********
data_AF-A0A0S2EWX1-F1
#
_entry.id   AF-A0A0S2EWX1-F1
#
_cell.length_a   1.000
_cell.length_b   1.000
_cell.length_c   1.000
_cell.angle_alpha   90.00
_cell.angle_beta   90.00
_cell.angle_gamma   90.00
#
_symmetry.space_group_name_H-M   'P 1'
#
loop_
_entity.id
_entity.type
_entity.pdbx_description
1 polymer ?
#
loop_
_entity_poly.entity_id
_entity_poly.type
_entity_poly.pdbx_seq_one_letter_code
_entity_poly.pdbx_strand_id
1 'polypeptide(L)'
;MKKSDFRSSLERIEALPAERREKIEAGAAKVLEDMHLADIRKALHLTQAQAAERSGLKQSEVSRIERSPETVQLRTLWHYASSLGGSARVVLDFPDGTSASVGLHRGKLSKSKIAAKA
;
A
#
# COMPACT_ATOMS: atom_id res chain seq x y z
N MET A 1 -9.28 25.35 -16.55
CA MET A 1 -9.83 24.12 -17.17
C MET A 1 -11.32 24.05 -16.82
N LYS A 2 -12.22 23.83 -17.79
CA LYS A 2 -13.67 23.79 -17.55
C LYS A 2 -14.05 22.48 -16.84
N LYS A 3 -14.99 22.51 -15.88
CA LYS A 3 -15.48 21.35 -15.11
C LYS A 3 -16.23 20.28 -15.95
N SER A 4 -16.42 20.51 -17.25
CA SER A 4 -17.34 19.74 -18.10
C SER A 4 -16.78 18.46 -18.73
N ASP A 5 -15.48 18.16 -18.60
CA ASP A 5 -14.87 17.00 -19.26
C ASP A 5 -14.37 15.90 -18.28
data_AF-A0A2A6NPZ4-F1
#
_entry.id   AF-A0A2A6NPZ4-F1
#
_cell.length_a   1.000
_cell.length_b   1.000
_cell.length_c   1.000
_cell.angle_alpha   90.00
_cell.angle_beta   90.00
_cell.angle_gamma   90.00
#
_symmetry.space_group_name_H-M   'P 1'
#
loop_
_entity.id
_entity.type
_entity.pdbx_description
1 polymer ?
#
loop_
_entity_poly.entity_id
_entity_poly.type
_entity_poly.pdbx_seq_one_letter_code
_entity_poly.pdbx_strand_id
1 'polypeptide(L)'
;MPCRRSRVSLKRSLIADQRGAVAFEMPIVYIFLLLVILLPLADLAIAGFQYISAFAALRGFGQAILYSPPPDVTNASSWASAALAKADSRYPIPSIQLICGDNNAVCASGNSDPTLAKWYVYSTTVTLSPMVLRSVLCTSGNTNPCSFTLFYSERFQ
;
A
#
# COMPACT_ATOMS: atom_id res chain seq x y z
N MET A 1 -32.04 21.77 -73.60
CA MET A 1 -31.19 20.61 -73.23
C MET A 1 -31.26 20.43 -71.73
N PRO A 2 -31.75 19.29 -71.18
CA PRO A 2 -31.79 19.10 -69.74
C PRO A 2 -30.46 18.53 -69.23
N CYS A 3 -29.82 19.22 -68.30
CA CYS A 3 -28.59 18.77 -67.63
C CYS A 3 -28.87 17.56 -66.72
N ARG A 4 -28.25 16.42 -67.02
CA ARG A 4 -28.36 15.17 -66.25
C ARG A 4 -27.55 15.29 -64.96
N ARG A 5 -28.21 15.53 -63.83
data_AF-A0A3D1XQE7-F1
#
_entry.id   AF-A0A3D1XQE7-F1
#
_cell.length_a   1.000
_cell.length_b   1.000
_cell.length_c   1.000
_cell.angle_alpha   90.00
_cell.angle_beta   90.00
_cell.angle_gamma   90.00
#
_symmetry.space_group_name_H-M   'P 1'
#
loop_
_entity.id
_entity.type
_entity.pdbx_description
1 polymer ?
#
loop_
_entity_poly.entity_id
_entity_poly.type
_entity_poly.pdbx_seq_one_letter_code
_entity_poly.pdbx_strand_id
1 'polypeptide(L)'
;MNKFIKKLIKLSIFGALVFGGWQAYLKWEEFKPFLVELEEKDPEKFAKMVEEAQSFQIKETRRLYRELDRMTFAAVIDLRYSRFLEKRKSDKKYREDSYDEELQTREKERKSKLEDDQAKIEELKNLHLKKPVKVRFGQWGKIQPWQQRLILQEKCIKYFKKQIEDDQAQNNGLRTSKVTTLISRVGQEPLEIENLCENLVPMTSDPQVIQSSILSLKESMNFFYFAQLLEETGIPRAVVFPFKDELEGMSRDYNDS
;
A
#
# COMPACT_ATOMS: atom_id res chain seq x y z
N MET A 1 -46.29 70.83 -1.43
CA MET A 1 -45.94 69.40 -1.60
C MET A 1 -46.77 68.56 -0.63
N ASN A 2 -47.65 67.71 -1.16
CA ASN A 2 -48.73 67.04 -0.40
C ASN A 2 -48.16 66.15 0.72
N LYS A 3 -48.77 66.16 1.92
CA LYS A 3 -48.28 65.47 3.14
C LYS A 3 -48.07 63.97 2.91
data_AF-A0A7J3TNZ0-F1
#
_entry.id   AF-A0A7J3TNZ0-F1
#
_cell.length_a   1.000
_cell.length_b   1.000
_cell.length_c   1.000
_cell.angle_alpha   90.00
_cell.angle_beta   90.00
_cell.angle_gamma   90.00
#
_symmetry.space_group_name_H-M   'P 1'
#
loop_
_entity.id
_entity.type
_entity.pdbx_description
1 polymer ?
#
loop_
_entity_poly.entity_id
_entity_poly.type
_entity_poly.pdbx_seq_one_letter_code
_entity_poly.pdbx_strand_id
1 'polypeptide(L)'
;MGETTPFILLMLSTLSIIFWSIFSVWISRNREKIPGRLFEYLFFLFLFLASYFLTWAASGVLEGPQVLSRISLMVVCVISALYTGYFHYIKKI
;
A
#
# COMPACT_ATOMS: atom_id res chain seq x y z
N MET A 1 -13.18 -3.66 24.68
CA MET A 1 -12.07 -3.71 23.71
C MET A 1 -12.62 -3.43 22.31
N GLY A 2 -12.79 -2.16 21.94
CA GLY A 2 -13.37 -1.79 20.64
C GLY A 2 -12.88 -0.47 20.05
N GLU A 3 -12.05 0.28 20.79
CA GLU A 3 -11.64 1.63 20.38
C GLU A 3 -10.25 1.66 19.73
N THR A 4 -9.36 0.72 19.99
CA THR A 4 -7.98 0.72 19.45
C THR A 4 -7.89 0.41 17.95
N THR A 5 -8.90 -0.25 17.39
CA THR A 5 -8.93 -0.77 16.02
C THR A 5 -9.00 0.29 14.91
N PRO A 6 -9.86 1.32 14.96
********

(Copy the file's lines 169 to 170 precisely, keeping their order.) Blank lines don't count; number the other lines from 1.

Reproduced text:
C THR A 4 -7.89 0.41 17.95
N THR A 5 -8.90 -0.25 17.39